every employee. That's not a new ideait's called a
planned economy when it's government enforced, and
collusion when it's not. Do you really need me to
handhold you with some links to Wikipedia where you
can read all about this?
||// [CSO] is a much more difficult job than cleaning floors and taking out trash// and Chief of Sites' Maintenance is a much more difficult job than titrating a sample and running a spectrometer.
||Anyways, the idea is "communism" (the theory, not the practice): baked.
||Why are you even talking about paying anyone $8.00
||Communism did not operationalize need to this end
in the same way. You might as well say pianos and
radios are the same invention since they both create
||The only way you'll get people to take positions, without their own personal graduated recompense, is for them to own the company in some manner, which definition can be easily stretched to include things like sense of duty (armed forces' pay is never high) or "love of the work" (likewise forest rangers and artists rarely make top ten wage lists).
||By definition, a person who has to be "on top of things" needs support.
||//Chief of Sites' Maintenance is a much more difficult
job than titrating a sample and running a
||Uh, no, it's not. Practically any able-bodied person can
perform janitorial duties with little or no training. Like
the vast majority of people, I'm not even sure what it
/means/ to titrate a sample and I have no idea
what to do with a spectrometer, or how to interpret
the output of such an instrument.
||//Why are you even talking about paying anyone
$8.00 per hour?//
||Because if I pay much more than that, I don't have to
worry about /having/ floors to clean or trash to take
for very long.
||Where do you propose getting the money to pay
everyone at above market rates? And if everyone is
paid the same rate, why does it even matter what
that rate is? This idea is just utter silliness with a side
of magical thinking.
||//[spectrometer] or how to interpret the output// as an entry-level lab tech you generally don't have to worry about that unless it's outside of a certain range... likewise as a junior janitor you don't have to worry about deciding what chemicals to use to clean the 50 different kinds of surface in the building: the boss tells you.
||Done both: I don't recall either as being easier or more difficult. Move a couple rungs up the ladder and there's Stationary Engineer on one side, a 3 year apprenticeship + courses to semi-proactively keep a building in working condition, and "Lab Supervisor" on the other: a 3 year community college or university program + time in, to semi-proactively decide the best way of achieving <x> statistics for a given problem. Pay's about the same too. After that I'm not sure where the janitorial hierarchy leads... wait, actually I am: ever had to decide how to dispose of kilotons of hazardous materials ?
||Of course there's still cultures which look down on environmental maintenance and worship the shiny magic of technology.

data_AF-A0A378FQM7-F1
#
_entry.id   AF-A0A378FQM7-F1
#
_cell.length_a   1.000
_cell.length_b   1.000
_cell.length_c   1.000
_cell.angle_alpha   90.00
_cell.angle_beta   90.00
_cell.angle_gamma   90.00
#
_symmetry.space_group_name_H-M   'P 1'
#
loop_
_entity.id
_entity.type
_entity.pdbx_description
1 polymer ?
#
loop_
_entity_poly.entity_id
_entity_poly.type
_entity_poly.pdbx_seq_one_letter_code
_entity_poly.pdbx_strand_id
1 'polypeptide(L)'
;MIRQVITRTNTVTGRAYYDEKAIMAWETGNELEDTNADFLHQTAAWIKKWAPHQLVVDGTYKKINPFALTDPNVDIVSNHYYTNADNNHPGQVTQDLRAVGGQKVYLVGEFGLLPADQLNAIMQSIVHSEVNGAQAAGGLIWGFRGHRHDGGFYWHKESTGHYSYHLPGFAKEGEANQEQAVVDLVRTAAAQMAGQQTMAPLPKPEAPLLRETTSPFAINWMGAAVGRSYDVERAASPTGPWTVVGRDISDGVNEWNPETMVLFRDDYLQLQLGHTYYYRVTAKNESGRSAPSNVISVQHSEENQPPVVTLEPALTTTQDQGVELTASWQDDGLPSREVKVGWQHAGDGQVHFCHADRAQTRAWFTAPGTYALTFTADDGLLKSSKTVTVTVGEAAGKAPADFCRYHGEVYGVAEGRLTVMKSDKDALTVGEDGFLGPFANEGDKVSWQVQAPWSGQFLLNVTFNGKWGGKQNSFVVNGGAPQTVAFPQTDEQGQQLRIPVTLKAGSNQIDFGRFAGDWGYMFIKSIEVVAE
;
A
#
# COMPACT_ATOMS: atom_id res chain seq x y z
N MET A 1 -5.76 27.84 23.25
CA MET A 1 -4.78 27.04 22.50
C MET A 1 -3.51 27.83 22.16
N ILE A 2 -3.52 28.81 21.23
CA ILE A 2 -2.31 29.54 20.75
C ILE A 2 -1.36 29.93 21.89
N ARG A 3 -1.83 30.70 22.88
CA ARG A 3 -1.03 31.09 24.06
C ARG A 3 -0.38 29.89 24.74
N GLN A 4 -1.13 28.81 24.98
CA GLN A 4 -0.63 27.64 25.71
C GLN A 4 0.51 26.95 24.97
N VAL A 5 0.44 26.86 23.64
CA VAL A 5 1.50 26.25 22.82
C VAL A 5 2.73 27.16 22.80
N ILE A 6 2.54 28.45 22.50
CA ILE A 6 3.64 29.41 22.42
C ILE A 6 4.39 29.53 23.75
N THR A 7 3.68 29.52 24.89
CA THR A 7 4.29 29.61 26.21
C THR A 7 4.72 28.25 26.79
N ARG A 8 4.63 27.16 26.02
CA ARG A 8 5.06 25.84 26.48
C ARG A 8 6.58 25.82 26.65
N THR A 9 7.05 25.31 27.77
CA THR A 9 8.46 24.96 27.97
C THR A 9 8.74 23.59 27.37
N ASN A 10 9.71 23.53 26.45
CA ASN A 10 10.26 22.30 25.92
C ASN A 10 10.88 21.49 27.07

||[fishboner] as it's pertinent to the argument, may I
ask what you do for a living?
||//dead ideas about how markets function//
||Just to state a fact rather than economic theory,
Communism (in any actual implementation I'm
familiar with) distributes pay based on level,
similar to how it would occur in a contract
enforced union job. There are no Communist
countries, past or present, where a janitor makes
as much as the plant manager, though the gap
maybe narrower, and all janitors with the same
seniority may get the same pay, but not all
||Economic studies, however thorough, cannot
possibly compare with the ultimate statistically
significant experiment, and that is history. In said
history, the one giant population subjected to
anything resembling these kinds of rules -- the
Eastern block -- saw a dramatic collapse in any kind
of productivity and eventually collapsed, and the
other giant population subjected to same -- the
Chinese -- saw a dramatic positive change only
when they changed their mind and
subscribed to dead economic theories. We've
also seen the collapse or near collapse of numerous
structures, private and government, where
expense structures are governed by equal pay.
||Ultimately, this "idea" is doomed thus: If ever
there is something that is completely obvious to
you, that if only you could make everyone else
understand things would be so much better, it's
fairly obviously a WIBNI. Wouldn't it be nice if
everyone was paid the same. To the extent
there's ANY economic sense in it, it has already
emerged through market forces (i.e. labor
unionization), and quite arguably, is on the wane
because it produces inferior results. As I pointed
out earlier, some partnerships are run like this,
but these cannot, by definition, scale. The best
analogy, a large law firm, or a large consulting firm,
both partnerships, quickly deviate the
partnerships into paying people based on business
they bring in, because to do otherwise would
encourage free loaders.
||So it has both been tried and [marked-for-
||I would actually go further and disagree with //a
WIBNI. Wouldn't it be nice if everyone was paid the
||If you rephrase this, you're saying "wouldn't it be
nice if extra skills, extra effort, or extra time spent
studying were not rewarded", and I don't think that
would be nice.
||I think fishie's looking for a universe where everybody lives, eats, breathes their chosen vocation 24/7, which is the only realistic way, in a free society, that you might get people to work for peanuts.
||Unfortunately such a society would tend to be rather short-lived: what if during a generation almost nobody wanted to be a farmer... or a teacher ?